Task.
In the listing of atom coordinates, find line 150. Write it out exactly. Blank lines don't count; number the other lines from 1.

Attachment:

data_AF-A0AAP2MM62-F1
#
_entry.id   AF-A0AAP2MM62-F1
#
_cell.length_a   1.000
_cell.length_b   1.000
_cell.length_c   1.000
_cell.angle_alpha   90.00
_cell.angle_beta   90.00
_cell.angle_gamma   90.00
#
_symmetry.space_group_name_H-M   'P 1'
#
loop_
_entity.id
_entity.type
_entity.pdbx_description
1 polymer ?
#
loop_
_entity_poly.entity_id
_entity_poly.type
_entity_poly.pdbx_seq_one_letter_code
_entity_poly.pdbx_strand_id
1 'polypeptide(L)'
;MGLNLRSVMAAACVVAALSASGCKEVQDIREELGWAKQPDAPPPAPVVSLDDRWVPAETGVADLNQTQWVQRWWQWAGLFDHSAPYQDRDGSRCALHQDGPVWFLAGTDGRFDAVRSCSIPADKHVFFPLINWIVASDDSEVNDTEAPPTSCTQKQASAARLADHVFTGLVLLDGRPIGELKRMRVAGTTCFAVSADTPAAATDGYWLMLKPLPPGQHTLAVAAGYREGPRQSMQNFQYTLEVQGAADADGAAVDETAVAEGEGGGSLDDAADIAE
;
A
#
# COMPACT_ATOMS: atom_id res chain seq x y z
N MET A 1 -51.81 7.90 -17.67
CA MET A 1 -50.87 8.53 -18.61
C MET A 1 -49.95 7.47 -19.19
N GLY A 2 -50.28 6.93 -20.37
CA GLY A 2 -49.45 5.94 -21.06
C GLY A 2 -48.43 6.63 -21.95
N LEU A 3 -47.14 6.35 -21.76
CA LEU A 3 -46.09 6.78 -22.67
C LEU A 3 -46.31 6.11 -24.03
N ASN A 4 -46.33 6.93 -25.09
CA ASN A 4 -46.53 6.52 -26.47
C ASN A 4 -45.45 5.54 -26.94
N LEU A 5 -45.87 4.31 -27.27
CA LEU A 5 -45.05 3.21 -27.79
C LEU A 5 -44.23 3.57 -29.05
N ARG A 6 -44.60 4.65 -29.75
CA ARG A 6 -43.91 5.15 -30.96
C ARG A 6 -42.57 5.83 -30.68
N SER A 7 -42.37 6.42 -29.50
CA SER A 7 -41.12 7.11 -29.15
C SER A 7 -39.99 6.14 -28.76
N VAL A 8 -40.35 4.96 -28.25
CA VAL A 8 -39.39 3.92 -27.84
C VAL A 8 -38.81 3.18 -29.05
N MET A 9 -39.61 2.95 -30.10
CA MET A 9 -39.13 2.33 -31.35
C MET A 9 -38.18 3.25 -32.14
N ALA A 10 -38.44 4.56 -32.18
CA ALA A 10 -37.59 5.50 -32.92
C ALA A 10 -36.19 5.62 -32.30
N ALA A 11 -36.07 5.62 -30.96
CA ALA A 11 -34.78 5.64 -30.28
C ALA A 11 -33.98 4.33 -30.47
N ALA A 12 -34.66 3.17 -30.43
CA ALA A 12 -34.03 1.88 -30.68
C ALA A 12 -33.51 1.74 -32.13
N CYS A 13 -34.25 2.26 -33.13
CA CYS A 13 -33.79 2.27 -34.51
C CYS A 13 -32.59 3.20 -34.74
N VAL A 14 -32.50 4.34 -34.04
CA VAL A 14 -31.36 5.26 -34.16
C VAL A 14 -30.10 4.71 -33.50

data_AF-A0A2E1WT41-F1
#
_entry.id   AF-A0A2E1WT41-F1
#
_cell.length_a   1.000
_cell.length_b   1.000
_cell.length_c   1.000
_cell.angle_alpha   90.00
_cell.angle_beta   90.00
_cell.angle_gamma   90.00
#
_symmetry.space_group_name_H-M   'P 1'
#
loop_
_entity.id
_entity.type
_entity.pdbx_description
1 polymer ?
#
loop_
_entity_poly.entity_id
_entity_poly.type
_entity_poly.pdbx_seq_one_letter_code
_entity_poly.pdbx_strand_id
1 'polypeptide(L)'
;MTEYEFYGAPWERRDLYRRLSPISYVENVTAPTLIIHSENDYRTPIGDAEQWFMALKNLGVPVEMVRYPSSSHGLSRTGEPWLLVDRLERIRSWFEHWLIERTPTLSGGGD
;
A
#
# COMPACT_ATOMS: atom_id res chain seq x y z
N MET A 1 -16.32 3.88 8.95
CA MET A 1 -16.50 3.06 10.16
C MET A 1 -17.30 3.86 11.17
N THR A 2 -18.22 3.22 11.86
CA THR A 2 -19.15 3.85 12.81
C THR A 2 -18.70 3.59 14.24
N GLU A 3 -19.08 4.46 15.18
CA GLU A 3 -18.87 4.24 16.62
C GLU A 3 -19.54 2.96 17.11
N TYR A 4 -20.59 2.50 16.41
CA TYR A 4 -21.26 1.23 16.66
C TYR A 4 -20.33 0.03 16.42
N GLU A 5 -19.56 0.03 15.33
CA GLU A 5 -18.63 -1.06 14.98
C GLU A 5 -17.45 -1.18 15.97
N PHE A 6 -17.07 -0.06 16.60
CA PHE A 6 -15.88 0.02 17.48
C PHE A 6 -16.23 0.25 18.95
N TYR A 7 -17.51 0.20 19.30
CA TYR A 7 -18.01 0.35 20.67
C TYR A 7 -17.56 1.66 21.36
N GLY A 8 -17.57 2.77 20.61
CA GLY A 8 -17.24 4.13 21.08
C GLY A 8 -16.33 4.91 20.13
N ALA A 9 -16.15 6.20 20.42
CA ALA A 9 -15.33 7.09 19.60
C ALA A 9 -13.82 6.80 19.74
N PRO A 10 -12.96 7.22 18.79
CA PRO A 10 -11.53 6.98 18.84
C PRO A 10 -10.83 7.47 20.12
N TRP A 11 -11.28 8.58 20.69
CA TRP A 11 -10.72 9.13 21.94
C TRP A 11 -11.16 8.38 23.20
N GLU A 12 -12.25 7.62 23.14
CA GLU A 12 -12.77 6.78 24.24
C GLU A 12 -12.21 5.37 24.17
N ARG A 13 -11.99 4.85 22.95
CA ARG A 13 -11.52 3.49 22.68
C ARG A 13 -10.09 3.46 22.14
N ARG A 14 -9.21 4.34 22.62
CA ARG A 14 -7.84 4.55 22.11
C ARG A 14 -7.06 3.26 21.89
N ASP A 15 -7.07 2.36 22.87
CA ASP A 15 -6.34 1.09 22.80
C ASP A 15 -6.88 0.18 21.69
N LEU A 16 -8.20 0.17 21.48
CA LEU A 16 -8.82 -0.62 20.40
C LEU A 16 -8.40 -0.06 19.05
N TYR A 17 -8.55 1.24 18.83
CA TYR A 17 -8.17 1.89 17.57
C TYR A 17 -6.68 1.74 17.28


C LEU A 16 -8.40 -0.06 19.05